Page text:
- Securely attach all four of the support posts to the joist structure under the deck rather than the floorboards. The floorboards must be either removed or cut into to make way for the beams. If you don’t, the pergola might tip over with the slightest gust of wind.
- If you’re not confident with the pergola’s stability, surround it with railings. Railings not only strengthen the structure of the pergola but also secure the space against accidental falls.
- Pergolas (and similar overhead structures) are subject to building codes, so always get planning permission before building a pergola on a raised deck.
- Don’t attach the beams to the decking board as merging wood to wood can cause stability issues. Instead, neatly cut the board and insert the post directly into the deck.
- If in doubt, always consult a professional. Though experienced DIYers can install a pergola on a raised deck, only a professional can guarantee its safety and stability.
Installing a pergola on a raised deck comes with several advantages, with the biggest being that it adds beauty and sophistication to a home.
With its brilliant sculptural and architectural design, it adds eye-catching visual interest to an otherwise standard deck.
Another benefit is privacy. Since the pergola is installed on a raised surface, it’ll shield you from the prying eyes of passersby and neighbors. Plus points if the deck is surrounded by railings.
Finally, a pergola installed on a raised deck can increase the value of your home.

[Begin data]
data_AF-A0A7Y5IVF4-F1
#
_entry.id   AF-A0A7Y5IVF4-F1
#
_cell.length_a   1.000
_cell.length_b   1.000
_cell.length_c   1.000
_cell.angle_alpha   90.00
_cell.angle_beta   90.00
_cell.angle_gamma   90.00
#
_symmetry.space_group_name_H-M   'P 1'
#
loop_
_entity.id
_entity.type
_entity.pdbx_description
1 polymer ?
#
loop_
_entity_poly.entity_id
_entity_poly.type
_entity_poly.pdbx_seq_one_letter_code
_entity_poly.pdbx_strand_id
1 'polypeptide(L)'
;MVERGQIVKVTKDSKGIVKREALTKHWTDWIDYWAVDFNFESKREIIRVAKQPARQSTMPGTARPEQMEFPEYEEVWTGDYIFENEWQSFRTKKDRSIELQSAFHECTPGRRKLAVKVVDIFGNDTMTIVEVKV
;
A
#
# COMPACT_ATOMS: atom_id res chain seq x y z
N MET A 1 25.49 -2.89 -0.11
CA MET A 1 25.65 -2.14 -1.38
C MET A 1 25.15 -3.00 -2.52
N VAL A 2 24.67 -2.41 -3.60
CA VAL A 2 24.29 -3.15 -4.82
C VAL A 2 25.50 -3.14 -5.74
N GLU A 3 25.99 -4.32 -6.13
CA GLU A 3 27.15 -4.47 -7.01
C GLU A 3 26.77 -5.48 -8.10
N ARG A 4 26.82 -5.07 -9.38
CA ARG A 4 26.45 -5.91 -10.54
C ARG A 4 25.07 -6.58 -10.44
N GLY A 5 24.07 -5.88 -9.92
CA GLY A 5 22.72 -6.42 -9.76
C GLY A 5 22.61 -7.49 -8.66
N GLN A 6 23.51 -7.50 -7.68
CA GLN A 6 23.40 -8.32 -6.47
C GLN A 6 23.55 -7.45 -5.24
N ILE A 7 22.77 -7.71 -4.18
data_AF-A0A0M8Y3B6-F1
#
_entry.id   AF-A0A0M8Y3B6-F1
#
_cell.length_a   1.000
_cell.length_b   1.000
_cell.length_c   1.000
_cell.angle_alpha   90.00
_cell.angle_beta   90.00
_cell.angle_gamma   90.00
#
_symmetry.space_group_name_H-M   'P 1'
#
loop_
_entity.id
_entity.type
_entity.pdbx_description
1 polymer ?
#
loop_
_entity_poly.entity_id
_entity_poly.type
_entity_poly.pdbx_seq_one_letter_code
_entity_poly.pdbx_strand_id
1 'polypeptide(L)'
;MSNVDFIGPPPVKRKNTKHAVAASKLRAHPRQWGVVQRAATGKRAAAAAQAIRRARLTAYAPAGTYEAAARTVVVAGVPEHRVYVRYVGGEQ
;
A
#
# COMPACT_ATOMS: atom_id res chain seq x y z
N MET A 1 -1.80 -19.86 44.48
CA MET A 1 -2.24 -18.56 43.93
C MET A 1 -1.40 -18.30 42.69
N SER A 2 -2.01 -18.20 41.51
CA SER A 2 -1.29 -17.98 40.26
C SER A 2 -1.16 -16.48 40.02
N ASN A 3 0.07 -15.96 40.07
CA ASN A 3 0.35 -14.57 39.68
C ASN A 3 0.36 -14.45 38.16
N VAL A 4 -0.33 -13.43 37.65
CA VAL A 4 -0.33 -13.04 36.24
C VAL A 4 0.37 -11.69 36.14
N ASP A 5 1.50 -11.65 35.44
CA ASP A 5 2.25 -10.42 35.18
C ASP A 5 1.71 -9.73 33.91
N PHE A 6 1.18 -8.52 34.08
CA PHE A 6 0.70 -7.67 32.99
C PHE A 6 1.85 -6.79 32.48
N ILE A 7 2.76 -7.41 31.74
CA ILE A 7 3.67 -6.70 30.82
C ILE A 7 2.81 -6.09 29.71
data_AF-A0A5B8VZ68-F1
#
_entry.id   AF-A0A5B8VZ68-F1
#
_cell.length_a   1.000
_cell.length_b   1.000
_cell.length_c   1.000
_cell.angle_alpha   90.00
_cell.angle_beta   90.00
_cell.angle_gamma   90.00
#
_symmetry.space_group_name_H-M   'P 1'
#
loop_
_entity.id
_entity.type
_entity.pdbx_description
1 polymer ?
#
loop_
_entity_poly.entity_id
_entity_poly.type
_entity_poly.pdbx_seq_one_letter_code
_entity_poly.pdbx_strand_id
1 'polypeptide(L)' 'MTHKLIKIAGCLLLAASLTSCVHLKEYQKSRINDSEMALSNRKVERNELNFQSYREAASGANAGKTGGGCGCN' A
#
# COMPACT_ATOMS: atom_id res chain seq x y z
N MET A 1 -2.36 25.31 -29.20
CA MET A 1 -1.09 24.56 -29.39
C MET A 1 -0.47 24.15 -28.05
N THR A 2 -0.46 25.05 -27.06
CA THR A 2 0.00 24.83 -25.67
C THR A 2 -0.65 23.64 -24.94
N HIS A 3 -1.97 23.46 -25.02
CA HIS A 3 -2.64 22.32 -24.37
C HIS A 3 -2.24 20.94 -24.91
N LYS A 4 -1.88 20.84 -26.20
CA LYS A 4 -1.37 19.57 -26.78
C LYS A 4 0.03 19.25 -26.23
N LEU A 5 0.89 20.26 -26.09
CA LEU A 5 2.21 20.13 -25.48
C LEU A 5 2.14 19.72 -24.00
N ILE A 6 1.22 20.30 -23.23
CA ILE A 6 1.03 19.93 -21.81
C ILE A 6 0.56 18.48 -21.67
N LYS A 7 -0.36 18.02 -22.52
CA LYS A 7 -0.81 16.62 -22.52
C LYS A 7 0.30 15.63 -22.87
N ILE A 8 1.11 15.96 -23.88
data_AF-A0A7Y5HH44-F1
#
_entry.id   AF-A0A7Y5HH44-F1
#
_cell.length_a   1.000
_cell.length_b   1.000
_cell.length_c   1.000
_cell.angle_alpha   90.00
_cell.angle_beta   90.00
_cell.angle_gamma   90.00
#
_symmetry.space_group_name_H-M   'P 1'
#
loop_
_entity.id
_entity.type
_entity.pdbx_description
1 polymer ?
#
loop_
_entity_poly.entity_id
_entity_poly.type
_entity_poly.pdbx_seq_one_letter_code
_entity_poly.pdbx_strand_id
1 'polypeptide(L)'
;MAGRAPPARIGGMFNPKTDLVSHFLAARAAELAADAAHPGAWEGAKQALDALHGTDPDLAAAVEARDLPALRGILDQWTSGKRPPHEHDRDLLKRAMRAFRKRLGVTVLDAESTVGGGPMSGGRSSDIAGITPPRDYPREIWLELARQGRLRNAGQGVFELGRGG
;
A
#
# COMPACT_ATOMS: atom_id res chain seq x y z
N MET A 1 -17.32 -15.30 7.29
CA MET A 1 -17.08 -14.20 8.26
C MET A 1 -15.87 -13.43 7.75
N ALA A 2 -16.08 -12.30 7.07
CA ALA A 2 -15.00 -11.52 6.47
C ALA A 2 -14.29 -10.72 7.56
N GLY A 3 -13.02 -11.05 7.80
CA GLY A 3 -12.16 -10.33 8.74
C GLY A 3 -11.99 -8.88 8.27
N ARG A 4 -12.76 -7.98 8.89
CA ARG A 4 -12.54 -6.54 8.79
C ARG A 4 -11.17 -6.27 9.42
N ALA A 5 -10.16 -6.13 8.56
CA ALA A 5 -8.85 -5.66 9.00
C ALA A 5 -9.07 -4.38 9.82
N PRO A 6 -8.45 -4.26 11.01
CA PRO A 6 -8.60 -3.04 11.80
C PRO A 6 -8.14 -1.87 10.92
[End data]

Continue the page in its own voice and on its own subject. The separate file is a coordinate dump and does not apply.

Outdoor living has become more popular than ever, so homes with comfortable outdoor space can raise the price to about 50% to 80% for your ROI.
There are also the standard advantages of a pergola overall.
It provides shade from harsh sunlight and rainy weather, giving you a safe space to chill outdoors.
It can likewise lend support to other lovely landscaping features like ivy, vines, and climbing flowers.
They’ll weave their way through the pergola’s supports and roof beams.
These plants add further beauty to a home, making it appear lush and colorful.
As long as it can support the extra weight, you can certainly install a pergola on a raised deck.
A pergola can be placed on a wood deck, a concrete deck, or a composite deck that isn’t too high up or built over a body of water. Low-rise decks are the best candidates for pergolas.
Installing a pergola on a raised deck can be tricky, so we recommend hiring a professional contractor to do the job for you.
This ensures that both the deck and the pergola stay stable even after years of use and harsh weather.
Ben has a bachelor’s degree in construction engineering. When not constructing or remodeling X-Ray Rooms, Cardiovascular Labs, and Pharmacies, you can find him at home with wife and two daughters. Outside of family, He loves grilling and barbequing on his Big Green Egg and Blackstone Griddle, as well as working on projects around the house.